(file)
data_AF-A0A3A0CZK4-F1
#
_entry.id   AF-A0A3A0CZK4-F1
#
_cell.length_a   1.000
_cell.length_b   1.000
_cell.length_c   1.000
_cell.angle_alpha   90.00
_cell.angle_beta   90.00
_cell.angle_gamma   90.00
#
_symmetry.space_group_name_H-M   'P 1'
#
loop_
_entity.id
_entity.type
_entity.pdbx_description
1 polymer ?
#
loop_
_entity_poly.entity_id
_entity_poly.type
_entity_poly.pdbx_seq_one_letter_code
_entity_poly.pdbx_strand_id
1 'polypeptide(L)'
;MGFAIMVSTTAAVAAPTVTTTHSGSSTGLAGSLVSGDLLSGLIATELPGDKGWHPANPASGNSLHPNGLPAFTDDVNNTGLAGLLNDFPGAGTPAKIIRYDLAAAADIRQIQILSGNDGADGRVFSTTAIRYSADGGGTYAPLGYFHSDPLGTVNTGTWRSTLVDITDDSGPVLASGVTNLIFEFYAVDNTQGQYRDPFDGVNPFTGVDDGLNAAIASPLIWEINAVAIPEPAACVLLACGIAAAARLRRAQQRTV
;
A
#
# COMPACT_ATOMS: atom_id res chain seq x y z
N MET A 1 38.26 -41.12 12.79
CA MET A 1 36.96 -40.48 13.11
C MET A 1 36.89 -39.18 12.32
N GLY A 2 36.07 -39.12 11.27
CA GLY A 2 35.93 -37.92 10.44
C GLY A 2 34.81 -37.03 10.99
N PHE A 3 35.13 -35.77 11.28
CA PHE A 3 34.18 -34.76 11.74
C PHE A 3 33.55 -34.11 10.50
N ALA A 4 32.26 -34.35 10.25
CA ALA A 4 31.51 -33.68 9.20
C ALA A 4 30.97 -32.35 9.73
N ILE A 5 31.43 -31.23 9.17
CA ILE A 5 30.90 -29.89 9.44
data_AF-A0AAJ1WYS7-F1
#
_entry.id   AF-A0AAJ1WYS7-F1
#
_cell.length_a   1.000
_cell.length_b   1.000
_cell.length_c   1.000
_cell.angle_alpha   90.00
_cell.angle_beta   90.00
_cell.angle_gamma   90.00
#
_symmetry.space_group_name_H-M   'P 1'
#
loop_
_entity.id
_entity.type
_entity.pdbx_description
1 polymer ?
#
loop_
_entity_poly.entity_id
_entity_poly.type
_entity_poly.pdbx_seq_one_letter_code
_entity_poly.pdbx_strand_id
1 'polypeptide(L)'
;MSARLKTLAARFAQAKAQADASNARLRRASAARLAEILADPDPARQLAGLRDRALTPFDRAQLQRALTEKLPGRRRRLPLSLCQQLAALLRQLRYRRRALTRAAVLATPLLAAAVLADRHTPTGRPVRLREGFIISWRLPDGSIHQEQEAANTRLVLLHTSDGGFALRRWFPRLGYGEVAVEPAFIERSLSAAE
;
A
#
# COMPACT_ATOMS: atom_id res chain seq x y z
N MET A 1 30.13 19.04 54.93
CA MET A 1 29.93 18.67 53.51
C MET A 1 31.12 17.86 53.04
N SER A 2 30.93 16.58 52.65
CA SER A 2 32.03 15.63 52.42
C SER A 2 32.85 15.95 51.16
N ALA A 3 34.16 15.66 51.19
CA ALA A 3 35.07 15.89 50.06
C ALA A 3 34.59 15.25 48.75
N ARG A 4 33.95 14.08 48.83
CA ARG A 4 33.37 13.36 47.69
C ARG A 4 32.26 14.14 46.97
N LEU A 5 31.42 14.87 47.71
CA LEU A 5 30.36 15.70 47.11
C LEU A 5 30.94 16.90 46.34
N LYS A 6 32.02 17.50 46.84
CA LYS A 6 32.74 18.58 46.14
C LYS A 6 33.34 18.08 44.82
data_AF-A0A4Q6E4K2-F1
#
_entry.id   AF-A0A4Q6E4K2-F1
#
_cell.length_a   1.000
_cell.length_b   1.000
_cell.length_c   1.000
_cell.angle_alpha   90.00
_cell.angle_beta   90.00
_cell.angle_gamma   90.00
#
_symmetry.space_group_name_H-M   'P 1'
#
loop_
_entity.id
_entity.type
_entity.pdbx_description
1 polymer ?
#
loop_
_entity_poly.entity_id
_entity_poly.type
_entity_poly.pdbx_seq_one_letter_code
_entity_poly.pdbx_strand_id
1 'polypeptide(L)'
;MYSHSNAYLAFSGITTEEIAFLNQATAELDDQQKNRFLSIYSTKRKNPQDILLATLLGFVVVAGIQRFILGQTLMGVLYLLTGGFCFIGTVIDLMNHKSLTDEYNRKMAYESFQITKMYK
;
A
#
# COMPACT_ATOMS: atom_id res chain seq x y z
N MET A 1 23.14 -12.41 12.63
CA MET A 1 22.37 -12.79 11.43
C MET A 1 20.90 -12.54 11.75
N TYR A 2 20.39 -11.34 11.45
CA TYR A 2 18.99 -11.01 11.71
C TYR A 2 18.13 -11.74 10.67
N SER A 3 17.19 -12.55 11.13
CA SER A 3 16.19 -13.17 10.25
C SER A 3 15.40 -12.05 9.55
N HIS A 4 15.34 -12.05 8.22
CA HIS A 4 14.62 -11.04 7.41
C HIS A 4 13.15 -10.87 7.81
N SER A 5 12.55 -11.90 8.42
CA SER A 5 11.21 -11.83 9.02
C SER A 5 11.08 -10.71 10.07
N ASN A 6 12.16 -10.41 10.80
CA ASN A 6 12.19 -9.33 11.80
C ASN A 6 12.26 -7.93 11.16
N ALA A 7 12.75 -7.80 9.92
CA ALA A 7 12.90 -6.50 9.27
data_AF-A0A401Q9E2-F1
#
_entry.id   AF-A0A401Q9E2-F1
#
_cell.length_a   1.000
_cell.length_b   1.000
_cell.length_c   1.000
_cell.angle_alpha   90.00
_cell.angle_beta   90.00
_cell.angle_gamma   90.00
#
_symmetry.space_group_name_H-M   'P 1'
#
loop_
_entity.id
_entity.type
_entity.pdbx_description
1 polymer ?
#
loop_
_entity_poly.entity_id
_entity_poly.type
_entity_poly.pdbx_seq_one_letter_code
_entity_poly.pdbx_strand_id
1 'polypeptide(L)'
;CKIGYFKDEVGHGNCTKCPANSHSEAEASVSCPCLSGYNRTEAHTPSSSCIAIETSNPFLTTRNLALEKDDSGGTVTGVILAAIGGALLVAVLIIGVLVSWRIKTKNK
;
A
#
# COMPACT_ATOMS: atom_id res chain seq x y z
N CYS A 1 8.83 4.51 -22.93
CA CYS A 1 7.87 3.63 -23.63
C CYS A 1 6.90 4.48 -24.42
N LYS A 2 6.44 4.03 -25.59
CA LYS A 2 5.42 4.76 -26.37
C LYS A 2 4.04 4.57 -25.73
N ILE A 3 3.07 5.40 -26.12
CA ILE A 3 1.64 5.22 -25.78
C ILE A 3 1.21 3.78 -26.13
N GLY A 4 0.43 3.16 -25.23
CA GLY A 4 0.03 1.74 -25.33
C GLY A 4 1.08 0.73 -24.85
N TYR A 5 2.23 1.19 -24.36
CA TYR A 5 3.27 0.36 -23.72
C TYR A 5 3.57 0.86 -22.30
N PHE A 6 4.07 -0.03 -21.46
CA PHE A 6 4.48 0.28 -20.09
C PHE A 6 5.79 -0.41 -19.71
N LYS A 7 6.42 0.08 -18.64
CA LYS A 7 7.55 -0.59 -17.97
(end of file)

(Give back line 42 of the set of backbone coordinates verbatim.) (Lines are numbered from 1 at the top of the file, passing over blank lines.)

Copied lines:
C ALA A 4 30.97 -32.35 9.73